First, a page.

836 F.2d 547
Sidney A. SHEPPARD, Petitioner,
EASTERN ASSOCIATED COAL CORPORATION, Respondent,
Director, Office of Workers Compensation Programs,
Party-in-interest, Department of Labor, Party-in-interest.
United States Court of Appeals, Fourth Circuit.
Argued Nov. 4, 1987.
Decided Dec. 23, 1987.
NOTICE: Fourth Circuit I.O.P. 36.6 states that citation of unpublished dispositions is disfavored except for establishing res judicata, estoppel, or the law of the case and requires service of copies of cited unpublished dispositions of the Fourth Circuit.
Richard G. Rundle (Rundle & Rundle, L.C. on brief) for petitioner.
Laura Klaus (George D. Blizzard, II, Shaffer & Shaffer on brief) for respondent.
Before HARRISON L. WINTER, Chief Judge, ERVIN, Circuit Judge, and BUTZNER, Senior Circuit Judge.
Petitioner Sidney Sheppard worked in a coal mine for nearly thirty years before retiring at the age of sixty-five in 1978. That same year he filed for black lung benefits. After a hearing in which conflicting medical evidence was introduced, Administrative Law Judge Julius A. Johnson determined that he was not entitled to benefits under 20 C.F.R. Sec. 727.203 or subpart 410D. The Benefits Review Board affirmed his decision. This appeal follows. We affirm.
The medical evidence in this case consisted of medical opinions, ventilatory studies, blood gas studies, and x-rays. The studies provided both qualifying and nonqualifying results. The physicians based their opinions on the studies, physical exams, medical histories, exercise tests, and the x-rays. All of the physicians agreed on the existence of pneumoconiosis, but disagreed on the existence of any resulting disability.
The ALJ first examined the evidence under the framework of 20 C.F.R. Sec. 727.203. He invoked the interim presumption of disability because the x-ray evidence established the existence of pneumoconiosis. He further found that the presumption was rebutted under Sec. 727.203(b)(2), because Sheppard was able to do his usual coal mine work. He weighed the conflicting medical evidence considering such factors as recency, physician expertise, and the reasons behind each opinion. After finding that the interim presumption was rebutted, he also found that Sheppard had not established total disability under 20 C.F.R. Sec. 410.
The Benefits Review Board affirmed the ALJ's ruling, finding no substantial errors.
The standard of review in black lung cases is a substantial evidence test; the findings of fact, including a finding of total disability, are conclusive if supported by substantial evidence. Beaven v. Bethlehem Mines Corp., 741 F.2d 689, 691 (4th Cir. 1984); see Banks v. Chicago Grain Trimmers Ass'n, 390 U.S. 459, 467 (1968); Peabody Coal Co. v. Benefits Review Bd., 560 F.2d 797, 802 (7th Cir. 1977); 30 U.S.C. Sec. 932(a) incorporating 33 U.S.C. Sec. 942(b)(3); 20 C.F.R. Sec. 802.301. The reviewing court cannot weigh the evidence, but can look only to its existence. Peabody, 560 F.2d at 802.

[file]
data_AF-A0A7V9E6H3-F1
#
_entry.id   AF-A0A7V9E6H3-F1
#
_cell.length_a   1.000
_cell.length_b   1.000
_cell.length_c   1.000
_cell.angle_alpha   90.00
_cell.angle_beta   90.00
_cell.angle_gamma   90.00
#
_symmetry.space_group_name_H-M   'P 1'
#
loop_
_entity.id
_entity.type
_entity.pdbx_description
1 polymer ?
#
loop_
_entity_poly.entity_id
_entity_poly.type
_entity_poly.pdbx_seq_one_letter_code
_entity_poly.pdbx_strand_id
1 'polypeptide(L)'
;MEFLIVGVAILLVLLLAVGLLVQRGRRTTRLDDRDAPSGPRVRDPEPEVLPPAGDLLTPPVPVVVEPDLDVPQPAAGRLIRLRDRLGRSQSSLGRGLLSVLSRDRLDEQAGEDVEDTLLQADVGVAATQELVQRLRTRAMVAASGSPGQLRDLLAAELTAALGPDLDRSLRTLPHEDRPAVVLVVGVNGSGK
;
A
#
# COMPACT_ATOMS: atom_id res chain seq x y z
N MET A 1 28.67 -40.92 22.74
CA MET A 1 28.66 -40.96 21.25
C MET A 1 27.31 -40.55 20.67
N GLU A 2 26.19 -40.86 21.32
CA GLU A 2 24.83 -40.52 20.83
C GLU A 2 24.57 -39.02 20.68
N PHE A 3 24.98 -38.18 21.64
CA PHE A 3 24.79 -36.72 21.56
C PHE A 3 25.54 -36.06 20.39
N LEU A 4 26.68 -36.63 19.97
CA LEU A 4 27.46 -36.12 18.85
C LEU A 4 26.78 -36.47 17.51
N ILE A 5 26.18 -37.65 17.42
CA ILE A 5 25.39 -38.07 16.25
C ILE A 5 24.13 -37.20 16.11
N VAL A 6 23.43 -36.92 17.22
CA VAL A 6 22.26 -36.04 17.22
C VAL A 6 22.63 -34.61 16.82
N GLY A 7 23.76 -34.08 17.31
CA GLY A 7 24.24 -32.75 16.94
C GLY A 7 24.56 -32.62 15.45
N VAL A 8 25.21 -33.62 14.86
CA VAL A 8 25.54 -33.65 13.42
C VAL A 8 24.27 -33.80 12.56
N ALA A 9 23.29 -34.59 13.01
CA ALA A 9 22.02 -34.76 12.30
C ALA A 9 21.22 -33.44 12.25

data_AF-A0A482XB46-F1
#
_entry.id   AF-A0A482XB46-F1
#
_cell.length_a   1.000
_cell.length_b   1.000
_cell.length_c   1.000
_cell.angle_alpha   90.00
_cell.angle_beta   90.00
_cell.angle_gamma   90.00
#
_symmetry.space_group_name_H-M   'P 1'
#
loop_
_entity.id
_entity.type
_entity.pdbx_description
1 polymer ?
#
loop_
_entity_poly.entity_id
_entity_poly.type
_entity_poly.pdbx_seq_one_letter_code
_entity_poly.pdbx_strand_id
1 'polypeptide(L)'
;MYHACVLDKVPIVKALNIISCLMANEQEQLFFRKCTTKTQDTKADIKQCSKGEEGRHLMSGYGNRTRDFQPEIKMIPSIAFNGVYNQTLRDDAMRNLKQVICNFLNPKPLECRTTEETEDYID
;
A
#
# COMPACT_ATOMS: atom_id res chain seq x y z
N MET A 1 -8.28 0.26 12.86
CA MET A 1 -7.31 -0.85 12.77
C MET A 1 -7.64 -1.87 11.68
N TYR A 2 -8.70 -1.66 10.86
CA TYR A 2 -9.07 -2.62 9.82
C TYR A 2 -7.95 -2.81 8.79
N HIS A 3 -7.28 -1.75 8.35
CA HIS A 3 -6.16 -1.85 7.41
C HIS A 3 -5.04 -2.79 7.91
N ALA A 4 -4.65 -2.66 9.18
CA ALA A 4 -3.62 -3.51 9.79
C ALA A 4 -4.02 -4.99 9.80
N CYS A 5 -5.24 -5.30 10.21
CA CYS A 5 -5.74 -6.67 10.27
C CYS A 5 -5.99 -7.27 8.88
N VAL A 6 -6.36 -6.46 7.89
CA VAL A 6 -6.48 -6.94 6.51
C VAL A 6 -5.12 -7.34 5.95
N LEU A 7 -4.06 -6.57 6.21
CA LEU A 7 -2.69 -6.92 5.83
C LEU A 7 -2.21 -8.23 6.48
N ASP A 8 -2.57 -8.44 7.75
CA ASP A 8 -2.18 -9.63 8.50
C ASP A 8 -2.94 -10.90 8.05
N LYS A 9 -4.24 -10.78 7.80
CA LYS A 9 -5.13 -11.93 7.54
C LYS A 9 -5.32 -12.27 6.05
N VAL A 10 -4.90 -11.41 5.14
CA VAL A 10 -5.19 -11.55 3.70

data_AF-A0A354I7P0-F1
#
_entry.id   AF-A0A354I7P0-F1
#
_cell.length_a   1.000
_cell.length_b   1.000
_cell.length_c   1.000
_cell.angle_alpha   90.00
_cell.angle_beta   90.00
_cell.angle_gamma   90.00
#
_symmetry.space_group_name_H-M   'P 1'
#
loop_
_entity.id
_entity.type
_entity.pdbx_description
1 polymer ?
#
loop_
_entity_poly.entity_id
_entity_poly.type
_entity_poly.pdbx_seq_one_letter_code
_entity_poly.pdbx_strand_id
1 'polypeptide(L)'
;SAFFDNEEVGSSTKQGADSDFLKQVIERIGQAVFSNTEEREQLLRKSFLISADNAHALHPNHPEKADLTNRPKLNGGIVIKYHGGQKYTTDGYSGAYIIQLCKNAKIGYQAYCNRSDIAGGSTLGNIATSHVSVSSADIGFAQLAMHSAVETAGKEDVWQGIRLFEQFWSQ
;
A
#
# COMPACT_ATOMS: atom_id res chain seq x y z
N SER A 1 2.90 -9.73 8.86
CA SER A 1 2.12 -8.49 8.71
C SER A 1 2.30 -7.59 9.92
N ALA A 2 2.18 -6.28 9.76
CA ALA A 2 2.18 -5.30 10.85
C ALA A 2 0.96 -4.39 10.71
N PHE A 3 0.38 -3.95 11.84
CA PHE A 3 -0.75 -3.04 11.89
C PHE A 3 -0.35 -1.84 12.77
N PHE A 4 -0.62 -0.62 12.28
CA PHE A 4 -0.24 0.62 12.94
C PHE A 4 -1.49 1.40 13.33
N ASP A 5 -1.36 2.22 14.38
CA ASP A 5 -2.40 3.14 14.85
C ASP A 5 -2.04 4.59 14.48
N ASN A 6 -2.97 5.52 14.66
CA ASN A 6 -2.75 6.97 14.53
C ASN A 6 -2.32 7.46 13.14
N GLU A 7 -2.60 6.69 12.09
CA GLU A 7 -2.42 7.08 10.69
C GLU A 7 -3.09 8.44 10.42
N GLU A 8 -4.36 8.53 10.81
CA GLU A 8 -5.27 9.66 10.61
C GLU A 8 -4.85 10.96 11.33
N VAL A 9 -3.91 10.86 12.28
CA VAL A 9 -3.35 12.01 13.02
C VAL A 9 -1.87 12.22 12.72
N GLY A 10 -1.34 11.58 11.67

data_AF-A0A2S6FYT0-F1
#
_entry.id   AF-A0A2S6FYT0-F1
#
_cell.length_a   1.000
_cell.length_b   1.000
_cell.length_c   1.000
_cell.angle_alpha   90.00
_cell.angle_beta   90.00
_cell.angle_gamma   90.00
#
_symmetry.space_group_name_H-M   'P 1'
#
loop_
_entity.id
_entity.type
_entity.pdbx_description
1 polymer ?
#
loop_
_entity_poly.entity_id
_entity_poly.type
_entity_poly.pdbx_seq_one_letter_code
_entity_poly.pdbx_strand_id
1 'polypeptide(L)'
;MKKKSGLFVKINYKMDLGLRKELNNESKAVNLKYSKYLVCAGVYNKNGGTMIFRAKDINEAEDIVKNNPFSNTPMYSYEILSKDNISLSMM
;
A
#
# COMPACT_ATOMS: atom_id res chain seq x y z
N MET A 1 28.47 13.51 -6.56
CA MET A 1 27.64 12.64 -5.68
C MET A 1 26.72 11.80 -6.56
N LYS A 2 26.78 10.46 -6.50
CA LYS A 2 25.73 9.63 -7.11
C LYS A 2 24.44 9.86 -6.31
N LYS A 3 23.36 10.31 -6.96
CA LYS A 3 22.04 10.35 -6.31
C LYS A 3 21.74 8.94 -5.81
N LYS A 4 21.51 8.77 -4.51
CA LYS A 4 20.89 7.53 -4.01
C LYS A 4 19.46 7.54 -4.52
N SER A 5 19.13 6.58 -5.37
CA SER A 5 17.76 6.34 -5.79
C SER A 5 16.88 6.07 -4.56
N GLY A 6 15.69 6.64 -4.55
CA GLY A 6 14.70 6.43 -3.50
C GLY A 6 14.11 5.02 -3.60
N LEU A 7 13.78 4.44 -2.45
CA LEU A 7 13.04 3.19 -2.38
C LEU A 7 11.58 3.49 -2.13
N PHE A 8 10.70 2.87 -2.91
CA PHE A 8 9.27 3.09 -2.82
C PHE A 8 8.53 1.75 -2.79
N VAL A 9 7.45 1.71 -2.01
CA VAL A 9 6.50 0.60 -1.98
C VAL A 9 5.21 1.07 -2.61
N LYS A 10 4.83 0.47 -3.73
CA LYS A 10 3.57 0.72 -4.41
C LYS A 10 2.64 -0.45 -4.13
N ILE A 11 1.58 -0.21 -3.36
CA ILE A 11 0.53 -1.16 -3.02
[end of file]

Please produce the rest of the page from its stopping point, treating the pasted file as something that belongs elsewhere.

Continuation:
The principal issue presented here concerns Eastern's rebuttal of the interim presumption of total disability from pneumoconiosis under 20 C.F.R. Sec. 727.203(b)(2), which reads:
Rebuttal of interim presumption. In adjudicating a claim under this subpart, all relevant medical evidence shall be considered. The presumption in paragraph (a) of this section shall be rebutted if: ...
(2) In light of all relevant evidence it is established that the individual is able to do his usual coal mine work or comparable and gainful work....
When presented with conflicting medical opinions and test results, this court must consider all relevant medical evidence. Stapleton v. Westmoreland Coal Co., 785 F.2d 424, 427 (4th Cir. 1986)(en banc), cert. granted, 936 L.Ed.2d 826 (1987); Director v. Beatrice Pocahontas Coal Co., 698 F.2d 680, 682 (4th Cir. 1983). The employer carries the burden of disproving the presumption by a preponderance of the evidence. Stapleton, 785 F.2d at 448.
The ALJ considered all of the medical evidence in this case. He evaluated the various medical opinions, considering expertise and qualifications, reliance on objective evidence, recency of the opinion, and reliability of the underlying information. Weighing medical evidence is the duty of the trier of fact who is not bound to accept any particular medical testimony. Peabody Coal, 560 F.2d at 802; see Stapleton, 785 F.2d at 427. The opinions of Drs. Jones, Hayes, Revercomb, and Starr provide substantial evidence that Sheppard was able to do his usual work and rebut the interim presumption. The mere existence of conflicting opinions does not justify reversing the ALJ's findings under the substantial evidence standard.
Our recent decision in Sykes v. Director, Office of Workers' Compensation Programs, 812 F.2d 890 (4th Cir. 1987), does not change this result. In Sykes, this court stated that "[a] mere finding of 'no impairment' under the American Medical Association standards cannot be equated with a finding that a claimant can continue coal mining work." Id. at 893. Here, however, Drs. Revercomb, Jones, and Hayes performed extensive physical examinations, including exercise tests, and determined that Sheppard's capacity for work was not seriously impaired. They did not simply rely on standards based on blood gas or ventilatory test results; they examined his ability to work given his sixty-five years.
The ALJ found that the interim presumption of disability was rebutted by medical evidence showing that Sheppard was able to work. There is substantial evidence to support his finding.